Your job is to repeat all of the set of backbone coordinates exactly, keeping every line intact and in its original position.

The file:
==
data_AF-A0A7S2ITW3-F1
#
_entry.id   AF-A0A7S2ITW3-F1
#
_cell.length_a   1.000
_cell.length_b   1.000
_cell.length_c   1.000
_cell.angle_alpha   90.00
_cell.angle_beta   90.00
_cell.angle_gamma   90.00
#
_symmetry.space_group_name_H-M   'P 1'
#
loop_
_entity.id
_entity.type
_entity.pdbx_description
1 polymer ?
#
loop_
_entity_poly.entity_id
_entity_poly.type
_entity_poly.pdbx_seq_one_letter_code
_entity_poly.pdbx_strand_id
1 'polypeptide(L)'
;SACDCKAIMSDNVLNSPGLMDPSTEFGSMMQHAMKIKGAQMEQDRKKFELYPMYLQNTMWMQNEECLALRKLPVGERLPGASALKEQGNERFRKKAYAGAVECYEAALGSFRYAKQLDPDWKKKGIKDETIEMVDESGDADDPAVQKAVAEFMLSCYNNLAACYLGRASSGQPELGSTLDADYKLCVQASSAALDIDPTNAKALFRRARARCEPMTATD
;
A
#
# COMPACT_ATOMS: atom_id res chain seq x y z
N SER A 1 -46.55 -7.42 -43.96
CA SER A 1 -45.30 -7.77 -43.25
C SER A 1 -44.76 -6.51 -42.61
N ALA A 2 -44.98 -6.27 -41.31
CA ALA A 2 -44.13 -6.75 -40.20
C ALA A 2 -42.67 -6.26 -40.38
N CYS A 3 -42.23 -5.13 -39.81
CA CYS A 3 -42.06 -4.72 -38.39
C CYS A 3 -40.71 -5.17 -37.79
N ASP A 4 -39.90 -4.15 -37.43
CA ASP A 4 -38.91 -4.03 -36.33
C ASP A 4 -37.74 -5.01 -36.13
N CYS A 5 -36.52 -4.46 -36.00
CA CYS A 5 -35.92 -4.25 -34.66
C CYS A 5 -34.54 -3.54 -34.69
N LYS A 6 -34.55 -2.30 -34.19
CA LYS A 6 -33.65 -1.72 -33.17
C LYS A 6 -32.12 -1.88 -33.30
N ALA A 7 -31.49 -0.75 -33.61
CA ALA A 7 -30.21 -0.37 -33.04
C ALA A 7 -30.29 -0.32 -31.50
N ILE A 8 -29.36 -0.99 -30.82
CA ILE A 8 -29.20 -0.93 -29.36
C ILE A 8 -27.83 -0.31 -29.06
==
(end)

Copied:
data_AF-A0A7S2ITW3-F1
#
_entry.id   AF-A0A7S2ITW3-F1
#
_cell.length_a   1.000
_cell.length_b   1.000
_cell.length_c   1.000
_cell.angle_alpha   90.00
_cell.angle_beta   90.00
_cell.angle_gamma   90.00
#
_symmetry.space_group_name_H-M   'P 1'
#
loop_
_entity.id
_entity.type
_entity.pdbx_description
1 polymer ?
#
loop_
_entity_poly.entity_id
_entity_poly.type
_entity_poly.pdbx_seq_one_letter_code
_entity_poly.pdbx_strand_id
1 'polypeptide(L)'
;SACDCKAIMSDNVLNSPGLMDPSTEFGSMMQHAMKIKGAQMEQDRKKFELYPMYLQNTMWMQNEECLALRKLPVGERLPGASALKEQGNERFRKKAYAGAVECYEAALGSFRYAKQLDPDWKKKGIKDETIEMVDESGDADDPAVQKAVAEFMLSCYNNLAACYLGRASSGQPELGSTLDADYKLCVQASSAALDIDPTNAKALFRRARARCEPMTATD
;
A
#
# COMPACT_ATOMS: atom_id res chain seq x y z
N SER A 1 -46.55 -7.42 -43.96
CA SER A 1 -45.30 -7.77 -43.25
C SER A 1 -44.76 -6.51 -42.61
N ALA A 2 -44.98 -6.27 -41.31
CA ALA A 2 -44.13 -6.75 -40.20
C ALA A 2 -42.67 -6.26 -40.38
N CYS A 3 -42.23 -5.13 -39.81
CA CYS A 3 -42.06 -4.72 -38.39
C CYS A 3 -40.71 -5.17 -37.79
N ASP A 4 -39.90 -4.15 -37.43
CA ASP A 4 -38.91 -4.03 -36.33
C ASP A 4 -37.74 -5.01 -36.13
N CYS A 5 -36.52 -4.46 -36.00
CA CYS A 5 -35.92 -4.25 -34.66
C CYS A 5 -34.54 -3.54 -34.69
N LYS A 6 -34.55 -2.30 -34.19
CA LYS A 6 -33.65 -1.72 -33.17
C LYS A 6 -32.12 -1.88 -33.30
N ALA A 7 -31.49 -0.75 -33.61
CA ALA A 7 -30.21 -0.37 -33.04
C ALA A 7 -30.29 -0.32 -31.50
N ILE A 8 -29.36 -0.99 -30.82
CA ILE A 8 -29.20 -0.93 -29.36
C ILE A 8 -27.83 -0.31 -29.06